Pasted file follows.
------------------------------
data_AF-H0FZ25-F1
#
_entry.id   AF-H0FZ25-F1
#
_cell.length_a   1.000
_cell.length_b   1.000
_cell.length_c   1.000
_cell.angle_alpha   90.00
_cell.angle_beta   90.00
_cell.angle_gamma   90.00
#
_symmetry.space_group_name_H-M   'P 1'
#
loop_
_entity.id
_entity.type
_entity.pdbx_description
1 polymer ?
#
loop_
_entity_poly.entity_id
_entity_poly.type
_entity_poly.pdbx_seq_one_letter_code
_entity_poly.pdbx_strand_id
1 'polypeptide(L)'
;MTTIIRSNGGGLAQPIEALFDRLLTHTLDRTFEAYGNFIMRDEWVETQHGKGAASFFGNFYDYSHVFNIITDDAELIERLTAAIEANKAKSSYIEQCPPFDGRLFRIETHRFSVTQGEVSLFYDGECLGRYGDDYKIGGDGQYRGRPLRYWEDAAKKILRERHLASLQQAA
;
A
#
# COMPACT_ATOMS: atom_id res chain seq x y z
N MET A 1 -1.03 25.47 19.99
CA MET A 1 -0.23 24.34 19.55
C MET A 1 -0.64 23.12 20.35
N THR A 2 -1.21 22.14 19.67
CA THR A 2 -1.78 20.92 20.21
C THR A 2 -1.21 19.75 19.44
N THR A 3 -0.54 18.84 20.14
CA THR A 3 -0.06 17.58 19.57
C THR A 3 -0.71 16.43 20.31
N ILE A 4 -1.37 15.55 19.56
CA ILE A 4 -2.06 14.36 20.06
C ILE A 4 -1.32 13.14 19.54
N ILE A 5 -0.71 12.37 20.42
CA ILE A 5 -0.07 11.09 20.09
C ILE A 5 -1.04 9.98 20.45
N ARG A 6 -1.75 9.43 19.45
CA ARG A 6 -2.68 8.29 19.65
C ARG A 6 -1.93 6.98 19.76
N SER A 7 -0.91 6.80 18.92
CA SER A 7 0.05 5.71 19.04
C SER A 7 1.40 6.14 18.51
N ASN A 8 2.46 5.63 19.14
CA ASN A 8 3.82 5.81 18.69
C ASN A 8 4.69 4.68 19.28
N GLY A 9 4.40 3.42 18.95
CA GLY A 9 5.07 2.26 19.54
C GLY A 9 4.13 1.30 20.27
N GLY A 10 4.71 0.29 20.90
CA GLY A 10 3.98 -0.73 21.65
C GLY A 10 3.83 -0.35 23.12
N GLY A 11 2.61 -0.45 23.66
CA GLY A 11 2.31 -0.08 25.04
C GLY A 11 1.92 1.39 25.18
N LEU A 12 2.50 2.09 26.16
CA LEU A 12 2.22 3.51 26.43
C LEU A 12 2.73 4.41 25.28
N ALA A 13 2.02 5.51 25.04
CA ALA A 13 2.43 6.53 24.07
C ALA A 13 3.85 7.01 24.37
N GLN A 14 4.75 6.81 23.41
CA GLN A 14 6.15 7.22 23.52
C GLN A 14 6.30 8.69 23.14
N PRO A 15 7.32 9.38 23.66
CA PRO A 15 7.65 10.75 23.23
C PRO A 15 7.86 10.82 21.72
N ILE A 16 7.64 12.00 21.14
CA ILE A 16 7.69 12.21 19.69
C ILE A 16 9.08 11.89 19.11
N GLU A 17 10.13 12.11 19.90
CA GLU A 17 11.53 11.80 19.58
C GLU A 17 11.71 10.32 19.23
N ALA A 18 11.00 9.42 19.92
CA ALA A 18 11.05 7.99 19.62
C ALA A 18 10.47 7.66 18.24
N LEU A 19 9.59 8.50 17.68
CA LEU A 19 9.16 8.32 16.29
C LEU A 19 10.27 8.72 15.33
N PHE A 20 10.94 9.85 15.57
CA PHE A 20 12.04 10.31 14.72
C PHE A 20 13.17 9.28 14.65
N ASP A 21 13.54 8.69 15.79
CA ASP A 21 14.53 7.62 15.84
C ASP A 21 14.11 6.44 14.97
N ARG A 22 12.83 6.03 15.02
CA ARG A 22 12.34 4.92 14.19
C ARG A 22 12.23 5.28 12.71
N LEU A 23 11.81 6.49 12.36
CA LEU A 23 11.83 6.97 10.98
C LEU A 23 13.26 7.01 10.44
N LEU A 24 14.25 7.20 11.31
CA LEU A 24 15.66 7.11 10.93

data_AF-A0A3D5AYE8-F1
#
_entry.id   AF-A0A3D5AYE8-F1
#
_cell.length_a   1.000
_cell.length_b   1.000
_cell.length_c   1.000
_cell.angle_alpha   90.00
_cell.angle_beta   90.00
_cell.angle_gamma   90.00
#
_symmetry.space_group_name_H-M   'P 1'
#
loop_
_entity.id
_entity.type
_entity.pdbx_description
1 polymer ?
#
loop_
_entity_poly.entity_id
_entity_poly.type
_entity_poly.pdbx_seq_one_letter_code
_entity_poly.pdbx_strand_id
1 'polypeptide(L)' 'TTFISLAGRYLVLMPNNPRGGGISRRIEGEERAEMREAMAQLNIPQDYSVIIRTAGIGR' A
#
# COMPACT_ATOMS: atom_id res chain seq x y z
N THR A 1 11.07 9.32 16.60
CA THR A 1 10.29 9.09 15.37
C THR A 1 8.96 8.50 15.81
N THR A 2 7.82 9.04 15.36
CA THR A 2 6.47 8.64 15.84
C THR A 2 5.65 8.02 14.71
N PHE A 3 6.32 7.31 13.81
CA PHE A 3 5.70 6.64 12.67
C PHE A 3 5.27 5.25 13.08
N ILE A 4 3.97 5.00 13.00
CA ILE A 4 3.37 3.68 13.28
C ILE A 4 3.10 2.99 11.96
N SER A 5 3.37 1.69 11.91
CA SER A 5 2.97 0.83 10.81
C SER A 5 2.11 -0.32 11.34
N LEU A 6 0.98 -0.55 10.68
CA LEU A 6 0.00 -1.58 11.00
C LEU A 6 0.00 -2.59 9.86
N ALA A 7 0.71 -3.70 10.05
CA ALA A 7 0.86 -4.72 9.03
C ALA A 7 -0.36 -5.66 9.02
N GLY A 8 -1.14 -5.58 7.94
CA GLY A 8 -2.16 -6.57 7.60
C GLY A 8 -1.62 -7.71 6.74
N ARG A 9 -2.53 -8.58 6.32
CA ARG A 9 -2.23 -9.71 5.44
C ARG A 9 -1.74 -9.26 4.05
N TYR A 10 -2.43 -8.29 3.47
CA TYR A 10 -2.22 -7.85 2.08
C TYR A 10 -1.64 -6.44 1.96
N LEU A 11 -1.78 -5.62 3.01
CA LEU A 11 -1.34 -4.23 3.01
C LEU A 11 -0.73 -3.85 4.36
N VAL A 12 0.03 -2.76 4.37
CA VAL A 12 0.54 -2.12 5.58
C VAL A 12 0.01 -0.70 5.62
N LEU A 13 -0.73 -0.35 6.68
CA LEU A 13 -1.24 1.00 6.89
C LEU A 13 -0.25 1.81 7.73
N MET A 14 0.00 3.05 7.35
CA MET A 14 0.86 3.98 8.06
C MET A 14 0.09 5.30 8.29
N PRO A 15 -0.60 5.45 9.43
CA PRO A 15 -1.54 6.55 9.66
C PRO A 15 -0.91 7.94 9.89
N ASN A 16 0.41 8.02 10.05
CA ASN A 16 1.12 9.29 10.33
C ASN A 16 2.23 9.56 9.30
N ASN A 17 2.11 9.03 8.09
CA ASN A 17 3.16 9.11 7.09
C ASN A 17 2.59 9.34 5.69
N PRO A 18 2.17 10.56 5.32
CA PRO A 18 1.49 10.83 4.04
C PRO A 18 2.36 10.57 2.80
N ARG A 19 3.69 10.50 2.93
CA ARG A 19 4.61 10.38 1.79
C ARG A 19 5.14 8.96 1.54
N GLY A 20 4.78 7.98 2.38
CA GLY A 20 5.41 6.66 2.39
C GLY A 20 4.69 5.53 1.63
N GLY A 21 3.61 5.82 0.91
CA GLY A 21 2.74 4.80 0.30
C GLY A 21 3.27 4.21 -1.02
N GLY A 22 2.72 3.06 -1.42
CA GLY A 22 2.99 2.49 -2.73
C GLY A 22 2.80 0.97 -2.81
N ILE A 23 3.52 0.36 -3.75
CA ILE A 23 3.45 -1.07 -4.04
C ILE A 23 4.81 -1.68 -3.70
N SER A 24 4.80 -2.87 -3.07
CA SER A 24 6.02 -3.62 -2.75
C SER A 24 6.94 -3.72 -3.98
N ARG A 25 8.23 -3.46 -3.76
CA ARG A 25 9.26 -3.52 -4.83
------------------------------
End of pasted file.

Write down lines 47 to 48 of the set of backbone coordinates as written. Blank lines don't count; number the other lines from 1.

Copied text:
CA ARG A 6 -2.68 8.29 19.65
C ARG A 6 -1.93 6.98 19.76